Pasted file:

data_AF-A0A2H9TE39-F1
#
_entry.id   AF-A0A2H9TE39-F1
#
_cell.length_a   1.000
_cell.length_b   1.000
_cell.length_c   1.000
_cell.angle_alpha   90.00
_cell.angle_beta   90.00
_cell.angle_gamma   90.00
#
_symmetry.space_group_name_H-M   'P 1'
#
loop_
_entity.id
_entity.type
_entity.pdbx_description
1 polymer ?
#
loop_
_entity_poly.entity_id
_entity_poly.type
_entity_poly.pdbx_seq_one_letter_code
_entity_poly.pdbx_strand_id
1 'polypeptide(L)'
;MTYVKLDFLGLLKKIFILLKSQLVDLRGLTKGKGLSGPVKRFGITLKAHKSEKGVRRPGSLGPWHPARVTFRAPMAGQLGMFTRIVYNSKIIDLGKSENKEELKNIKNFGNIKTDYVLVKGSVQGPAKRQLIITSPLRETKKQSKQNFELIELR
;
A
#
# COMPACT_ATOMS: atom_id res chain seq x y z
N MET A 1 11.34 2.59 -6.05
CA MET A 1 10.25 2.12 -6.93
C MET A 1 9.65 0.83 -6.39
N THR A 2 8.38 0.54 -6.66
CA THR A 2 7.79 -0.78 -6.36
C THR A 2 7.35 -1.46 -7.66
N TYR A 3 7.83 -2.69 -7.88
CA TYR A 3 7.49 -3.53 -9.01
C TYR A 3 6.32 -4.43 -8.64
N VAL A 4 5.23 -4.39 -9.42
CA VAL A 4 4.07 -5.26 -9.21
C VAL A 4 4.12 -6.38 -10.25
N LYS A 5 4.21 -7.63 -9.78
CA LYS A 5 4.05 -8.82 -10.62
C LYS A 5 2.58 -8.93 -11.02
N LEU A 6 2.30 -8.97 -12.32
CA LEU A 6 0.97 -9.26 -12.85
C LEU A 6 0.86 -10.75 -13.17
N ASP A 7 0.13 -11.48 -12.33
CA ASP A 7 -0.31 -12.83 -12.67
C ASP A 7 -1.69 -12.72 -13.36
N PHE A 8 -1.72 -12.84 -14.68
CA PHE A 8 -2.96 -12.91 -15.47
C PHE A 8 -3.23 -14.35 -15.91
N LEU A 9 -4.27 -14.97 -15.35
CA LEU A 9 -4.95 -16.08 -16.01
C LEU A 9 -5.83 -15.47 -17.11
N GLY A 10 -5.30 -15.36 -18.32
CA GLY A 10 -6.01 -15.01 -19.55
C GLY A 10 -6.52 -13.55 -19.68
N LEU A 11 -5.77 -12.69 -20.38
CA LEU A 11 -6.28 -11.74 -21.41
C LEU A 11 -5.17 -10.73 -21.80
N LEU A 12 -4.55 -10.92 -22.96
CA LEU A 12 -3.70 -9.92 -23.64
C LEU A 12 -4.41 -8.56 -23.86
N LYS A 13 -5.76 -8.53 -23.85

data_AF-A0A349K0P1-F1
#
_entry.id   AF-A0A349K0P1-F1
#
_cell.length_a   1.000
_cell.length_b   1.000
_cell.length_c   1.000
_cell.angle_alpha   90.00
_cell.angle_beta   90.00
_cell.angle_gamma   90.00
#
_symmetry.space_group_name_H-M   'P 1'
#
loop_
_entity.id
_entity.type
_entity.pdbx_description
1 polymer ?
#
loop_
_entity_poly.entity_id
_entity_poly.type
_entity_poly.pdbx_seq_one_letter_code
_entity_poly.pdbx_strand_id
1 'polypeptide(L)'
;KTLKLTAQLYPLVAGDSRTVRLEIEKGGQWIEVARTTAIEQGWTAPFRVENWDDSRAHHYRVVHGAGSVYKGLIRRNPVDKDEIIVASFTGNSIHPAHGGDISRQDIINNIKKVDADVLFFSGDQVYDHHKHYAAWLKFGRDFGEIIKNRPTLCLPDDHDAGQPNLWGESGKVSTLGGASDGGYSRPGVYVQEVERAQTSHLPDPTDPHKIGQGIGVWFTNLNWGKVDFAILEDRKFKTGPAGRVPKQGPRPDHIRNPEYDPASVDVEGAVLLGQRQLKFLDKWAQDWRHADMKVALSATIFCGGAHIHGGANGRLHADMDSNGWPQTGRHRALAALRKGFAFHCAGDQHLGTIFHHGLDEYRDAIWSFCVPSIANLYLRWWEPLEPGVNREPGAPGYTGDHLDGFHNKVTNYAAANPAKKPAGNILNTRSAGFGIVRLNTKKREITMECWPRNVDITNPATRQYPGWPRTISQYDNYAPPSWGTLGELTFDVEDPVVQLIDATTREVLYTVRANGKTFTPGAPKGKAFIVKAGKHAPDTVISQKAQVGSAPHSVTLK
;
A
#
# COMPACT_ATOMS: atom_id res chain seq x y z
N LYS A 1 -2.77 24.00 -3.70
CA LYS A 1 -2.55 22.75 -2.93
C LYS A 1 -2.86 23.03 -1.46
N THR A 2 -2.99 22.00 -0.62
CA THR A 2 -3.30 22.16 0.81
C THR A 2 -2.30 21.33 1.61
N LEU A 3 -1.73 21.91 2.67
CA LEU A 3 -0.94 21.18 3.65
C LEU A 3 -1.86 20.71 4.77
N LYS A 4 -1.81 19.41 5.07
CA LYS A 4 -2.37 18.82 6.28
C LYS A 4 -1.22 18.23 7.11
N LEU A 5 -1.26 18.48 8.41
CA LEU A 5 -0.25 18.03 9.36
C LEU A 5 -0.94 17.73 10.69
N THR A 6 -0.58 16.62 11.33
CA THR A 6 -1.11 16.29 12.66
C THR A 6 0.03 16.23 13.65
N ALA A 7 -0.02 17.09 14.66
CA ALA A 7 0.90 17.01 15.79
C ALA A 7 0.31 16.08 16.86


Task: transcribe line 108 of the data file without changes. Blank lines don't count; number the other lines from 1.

CA LYS A 4 -2.37 18.82 6.28